I think as a band, it’s The Pace of Glaciers because that song was so daunting when we first started learning it, but it’s come so far as a live performance. Austin recorded most of the guitar parts on Terrapin, but individually, Cody’s proud moment are the major-third runs that happen near the end of Permanence because they were a total bitch to play on his Agile. Austin’s proud moment is the very beginning pick-tap riff of And Every Glance Given Has Only One Meaning just because of how odd the rhythm and fingerings are.

What initially got you interested in music and at what point did you realize you couldn’t live without making music?
To start, we both have rock n’ roll dads. I think early on, without that, we may not have held the appreciation for music that we do today. Cody was an eighties hair metal kid, I was a classic-rock kid, and we met in the middle with modern metal. I think I realized Cody couldn’t live without music when he moved from Kalamazoo to Chicago just for this band. As for myself, I majored in film, but now work in the music industry, and have been geeking out about metal for the better part of my existence, so it almost seems like second nature.

What was the first song or instrument part you learned to play? What is the most difficult song you’ve learned and what song do you think you’ll never do well?
We both started guitar separately at age 13. However, Austin’s first instrument was piano when he was 8. I (Austin) can still play most of Resistance by Veil of Maya, but honestly the tempo and my poor picking technique prevent me from playing it cleanly. Cody doesn’t learn songs, just riffs: for instance, the opening riff to In Dying Days by As Blood Runs Black. He always plays that fucking song.
And I don’t think either of us will ever learn how to sweep-pick properly, so any song that uses that technique is out of the question.

I so rarely see true progressive or even instrumental bands play live. Pelican is one of the few. When you play live do you simplify the parts played from the songs? How are the songs translated from disc to stage?
First off, unlike The Return of Inertia, we wrote Terrapin to be able to play it live. That decision has paid off so much, because so many songs on TROI require 3 guitars. On stage, we perform with a backtrack that has strings, ambient guitars, and other soundscape elements that we don’t need to reproduce ourselves. Nothing is being simplified.

What is a particularly great memory of playing live and touring?
I think our first show will forever be this incredible experience that only comes from being a “studio project” for four years and finally making it to the stage. We had envisioned this project to eventually reach a live audience, but we never knew when, and we didn’t think anyone would care. But we packed 150 people into Reggies Rock Club on a Tuesday night (which was also the coldest night of the polar vortex in Chicago that season) and it was surreal. The best part was we got to pick the line-up, and all our friends who had bands played with us, even if they weren’t metal in the slightest.

Have you toured extensively? Will you make it to Los Angeles?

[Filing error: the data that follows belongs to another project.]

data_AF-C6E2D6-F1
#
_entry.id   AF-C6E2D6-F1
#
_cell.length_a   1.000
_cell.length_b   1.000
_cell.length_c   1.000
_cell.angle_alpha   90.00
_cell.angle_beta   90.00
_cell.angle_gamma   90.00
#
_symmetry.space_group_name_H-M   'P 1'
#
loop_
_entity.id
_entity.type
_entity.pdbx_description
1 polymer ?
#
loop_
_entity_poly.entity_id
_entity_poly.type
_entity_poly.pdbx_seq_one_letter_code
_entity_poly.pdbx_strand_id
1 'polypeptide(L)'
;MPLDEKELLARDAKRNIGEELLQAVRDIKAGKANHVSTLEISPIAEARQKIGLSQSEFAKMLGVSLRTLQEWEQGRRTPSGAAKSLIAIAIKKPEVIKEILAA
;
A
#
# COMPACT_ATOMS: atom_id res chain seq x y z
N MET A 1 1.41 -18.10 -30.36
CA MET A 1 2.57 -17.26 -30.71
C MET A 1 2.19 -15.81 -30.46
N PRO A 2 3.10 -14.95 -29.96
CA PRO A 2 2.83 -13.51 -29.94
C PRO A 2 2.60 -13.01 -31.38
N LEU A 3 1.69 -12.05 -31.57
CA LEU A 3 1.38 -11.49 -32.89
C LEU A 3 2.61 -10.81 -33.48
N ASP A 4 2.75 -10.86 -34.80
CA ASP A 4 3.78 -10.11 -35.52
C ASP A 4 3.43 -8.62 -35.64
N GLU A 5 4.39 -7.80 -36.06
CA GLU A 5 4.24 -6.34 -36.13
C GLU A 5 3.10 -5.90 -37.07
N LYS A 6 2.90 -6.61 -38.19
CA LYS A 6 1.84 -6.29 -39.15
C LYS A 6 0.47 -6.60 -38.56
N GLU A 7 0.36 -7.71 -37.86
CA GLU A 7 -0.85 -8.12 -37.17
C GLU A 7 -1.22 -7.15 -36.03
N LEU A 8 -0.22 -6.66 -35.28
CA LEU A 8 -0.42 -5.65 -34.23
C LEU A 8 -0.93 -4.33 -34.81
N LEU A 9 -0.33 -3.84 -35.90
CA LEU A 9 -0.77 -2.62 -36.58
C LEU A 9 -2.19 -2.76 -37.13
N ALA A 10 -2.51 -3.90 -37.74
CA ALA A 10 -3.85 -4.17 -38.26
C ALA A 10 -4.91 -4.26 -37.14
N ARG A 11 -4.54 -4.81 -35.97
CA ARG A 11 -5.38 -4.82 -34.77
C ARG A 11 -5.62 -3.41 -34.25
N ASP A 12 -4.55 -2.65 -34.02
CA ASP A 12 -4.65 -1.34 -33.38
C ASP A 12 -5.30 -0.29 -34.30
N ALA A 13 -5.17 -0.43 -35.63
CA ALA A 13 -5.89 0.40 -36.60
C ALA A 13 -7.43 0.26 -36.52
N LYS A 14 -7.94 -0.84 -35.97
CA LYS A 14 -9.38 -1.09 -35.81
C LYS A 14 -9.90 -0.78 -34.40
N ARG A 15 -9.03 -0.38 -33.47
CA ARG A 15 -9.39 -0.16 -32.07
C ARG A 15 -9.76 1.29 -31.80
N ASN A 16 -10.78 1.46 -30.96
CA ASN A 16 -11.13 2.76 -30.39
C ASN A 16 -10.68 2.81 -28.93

No we haven’t, and hopefully someday we will. Everyone reading this, go tell Cloudkicker we want to tour with him.

What bands should we listen for if we are openminded and enjoy your band?
If it’s not obvious: Cloudkicker, Cloudkicker, and this dude named Ben Sharp who has this studio project called “Cloudkicker.” But we have a wide range of tastes, and we could probably list them for days. Honestly, we don’t want to compare ourselves, so we’ll name 3 bands that we think need more exposure: Mirorist, Eden Circus, and Uneven Structure.

I’ve only bought digital copies of your music. Is there an effort by you two and Rogue to make the physical copies worthy of purchase?
Cody McCarty: Austin spends so much god damn time perfecting the artwork on each release that sometimes it overlooks the production of the actual album. He fucking hand-drew the pictures on the inside cover, multiple times. Holy fuck.
So yes. Terrapin is out now on digipak CD with original artwork by Austin, and will be out on bone-colored vinyl in April. Our awesome Indiegogo-backers helped us make the vinyl a reality, which we are the most excited about.

Tell us about Rogue, the people that run it and the bands.
Rogue has been very helpful in the organization of our band’s Indiegogo campaign and good about keeping our music DIY. They essentially help us with distribution and give us insight to help us mature as a band. Dean Martinetti is good people.

Who has the most divisive musical tastes? Is there someone that listens to bands that the rest of you can’t stand? What are some the acts you all agree upon? And what are some of the most out there bands/acts that you take inspiration from but don’t sound anything like?
We all have diverse tastes, but in different ways. Adrian listens to Big Big Train, Cody listens to Wu Tang Clan, Connor listens to Flying Lotus, Austin listens to Wild Beasts, and Pedro listens to Yung Lean. I think the biggest gripe some of us have is with electronic music. But mostly we agree on what makes music good. Cody and Austin listen to quite a bit of obscure jazz; The Kilimanjaro Darkjazz Ensemble, Tigran Hamasyan, The Young Blood Brass Band, Dawn of Midi, and Pimp & Soil are just a few.